Health Highlights: Dec. 1, 2010

Here are some of the latest health and medical news developments, compiled by the editors of HealthDay:

Health Care Law Constitutional: Judge

Another federal judge has upheld the constitutionality of the new U.S. health care law.

Judge Norman K. Moon of the Federal District Court in Lynchburg, Va. on Tuesday granted the government's request to dismiss a lawsuit brought by Liberty University, the private Christian college founded by the Rev. Jerry Falwell, The New York Times reported.

Moon ruled that the health care law's requirement that most Americans have health insurance falls within the authority of Congress to regulate interstate commerce.

Last month, a ruling by Judge George C. Steeh of Federal District Court in Detroit also upheld the law.

Since the law was enacted in March, there have been about two dozen legal challenges. Rulings in two more lawsuits are expected within the next few months, The Times reported.

Many experts predict that the Supreme Court will eventually have to make a final ruling on the constitutionality of the health care law.

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Lowe's Recalls Roman Shades and Roll-Up Blinds

About 6 million Roman shades and 5 million roll-up blinds that pose a strangulation hazard to children are being recalled by Lowe's, says the U.S. Consumer Product Safety Commission.

The recall was triggered by reports that two young children nearly strangled after becoming entangled in exposed cords in the window coverings, msnbc.com reported.

The recalled Roman shades were sold at Lowe's stores, other retail stores, and online from at least 1999 to 2010. The roll-up blinds were sold between 1999 and 2005.

The CPSC said consumers should stop using the window coverings and get free repair kits by contacting the Window Covering Safety Council at 1-800-506-4636 or by going to the council's Web site, msnbc.com reported.

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Index Finger Length Linked to Prostate Cancer Risk: Study

Men whose index finger is longer than their ring finger may have a significantly reduced risk of prostate cancer, according to a new study.

The U.K. researchers reached their conclusion after comparing the hands of 1,500 prostate cancer patients and 3,000 health men, BBC News reported.

If the finding is confirmed it could offer a simple way to test for prostate cancer risk, said the researchers at the University of Warwick and the Institute of Cancer Research.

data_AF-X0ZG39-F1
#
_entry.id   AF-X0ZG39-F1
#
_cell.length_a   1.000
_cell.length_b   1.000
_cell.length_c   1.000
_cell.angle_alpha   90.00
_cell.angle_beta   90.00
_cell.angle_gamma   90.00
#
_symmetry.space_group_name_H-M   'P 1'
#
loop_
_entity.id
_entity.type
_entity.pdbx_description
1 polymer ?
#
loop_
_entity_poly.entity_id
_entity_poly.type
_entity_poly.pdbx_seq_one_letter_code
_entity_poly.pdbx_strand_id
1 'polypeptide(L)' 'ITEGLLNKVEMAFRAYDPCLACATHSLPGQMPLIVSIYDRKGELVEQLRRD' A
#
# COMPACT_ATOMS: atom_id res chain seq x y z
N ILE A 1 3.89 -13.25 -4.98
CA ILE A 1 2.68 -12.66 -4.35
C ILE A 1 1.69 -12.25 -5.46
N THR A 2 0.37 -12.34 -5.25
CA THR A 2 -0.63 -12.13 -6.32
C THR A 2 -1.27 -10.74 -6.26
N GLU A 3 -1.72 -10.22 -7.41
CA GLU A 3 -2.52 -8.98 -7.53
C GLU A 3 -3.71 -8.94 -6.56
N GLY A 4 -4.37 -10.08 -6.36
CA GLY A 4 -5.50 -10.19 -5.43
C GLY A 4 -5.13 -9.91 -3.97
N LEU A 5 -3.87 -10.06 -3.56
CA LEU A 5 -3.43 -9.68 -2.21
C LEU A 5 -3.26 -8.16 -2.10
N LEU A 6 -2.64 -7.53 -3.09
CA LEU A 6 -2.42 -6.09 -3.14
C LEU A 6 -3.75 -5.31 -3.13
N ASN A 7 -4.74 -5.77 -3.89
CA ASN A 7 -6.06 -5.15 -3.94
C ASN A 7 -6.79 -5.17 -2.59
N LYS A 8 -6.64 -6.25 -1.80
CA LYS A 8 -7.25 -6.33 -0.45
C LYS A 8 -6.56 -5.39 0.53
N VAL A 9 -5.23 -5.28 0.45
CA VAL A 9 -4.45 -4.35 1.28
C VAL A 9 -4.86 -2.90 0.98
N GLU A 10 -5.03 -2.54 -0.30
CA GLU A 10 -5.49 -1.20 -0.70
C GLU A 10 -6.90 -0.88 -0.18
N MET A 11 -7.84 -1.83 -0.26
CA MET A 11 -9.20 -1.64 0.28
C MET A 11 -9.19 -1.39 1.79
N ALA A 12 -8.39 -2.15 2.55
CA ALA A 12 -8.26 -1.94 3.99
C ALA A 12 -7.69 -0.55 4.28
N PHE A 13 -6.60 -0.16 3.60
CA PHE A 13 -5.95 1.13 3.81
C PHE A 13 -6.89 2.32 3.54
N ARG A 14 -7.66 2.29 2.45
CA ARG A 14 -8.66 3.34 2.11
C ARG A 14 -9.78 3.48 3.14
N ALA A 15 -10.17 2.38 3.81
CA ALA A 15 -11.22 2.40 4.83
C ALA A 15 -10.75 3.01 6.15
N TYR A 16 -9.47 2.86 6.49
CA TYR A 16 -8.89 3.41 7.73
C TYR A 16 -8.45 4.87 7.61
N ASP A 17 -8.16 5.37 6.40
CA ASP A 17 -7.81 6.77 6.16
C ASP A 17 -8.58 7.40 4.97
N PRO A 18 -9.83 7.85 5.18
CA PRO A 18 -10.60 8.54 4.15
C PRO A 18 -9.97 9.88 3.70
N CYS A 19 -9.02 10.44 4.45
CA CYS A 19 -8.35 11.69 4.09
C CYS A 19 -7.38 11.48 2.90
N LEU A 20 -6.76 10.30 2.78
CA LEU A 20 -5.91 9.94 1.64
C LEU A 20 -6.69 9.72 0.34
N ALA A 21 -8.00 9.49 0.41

They explained that finger length is determined before birth and is believed to be influenced by levels of sex hormones in the womb, BBC News reported.

Less exposure to testosterone before birth results in a longer index finger and may protect against prostate cancer in adulthood, the researchers said.

The study appears in the British Journal of Cancer.

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U.S. Senate Passes Food Safety Bill

A bill that would make major changes to the United States' food safety system was passed by the Senate Tuesday in a 73 to 25 vote.

The bill would give the Food and Drug Administration expanded powers to ensure food safety in order to prevent outbreaks of food-related illnesses, The New York Times reported.

For example, the FDA would have new powers to recall tainted foods, increase inspections of food plants, and force farms and food manufacturers to follow stricter safety standards.

Even though the Senate bill has wide bipartisan support, it may not reach President Barack Obama's desk before the end of the current congressional session. The House passed its own version of the bill last year and there may not be enough time for lawmakers to work out differences between the two bills.

However, leading House Democrats have indicated they would consider passing the Senate version to speed approval, the Times reported.

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Egg Producer Given OK to Resume Sales: FDA

The Iowa egg farm linked to a widespread salmonella outbreak earlier this year has been given permission to resume sales of shell eggs to consumers, the Food and Drug Administration announced Tuesday.

More than 1,600 salmonella illnesses were linked to Wright County Egg, which had to recall 380 million eggs. FDA inspectors found insects, rodents, dead chickens and huge piles of manure at the farm, the Associated Press reported.

Since the outbreak and recall, the company has not been allowed to sell shell eggs except to breaker facilities that pasteurize the eggs.

On Tuesday, FDA commissioner Margaret Hamburg said Wright County Egg had implemented corrective measures and the "time had come" for the company to resume shell egg sales from one of its six farms, the AP reported.

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Posted: December 2010


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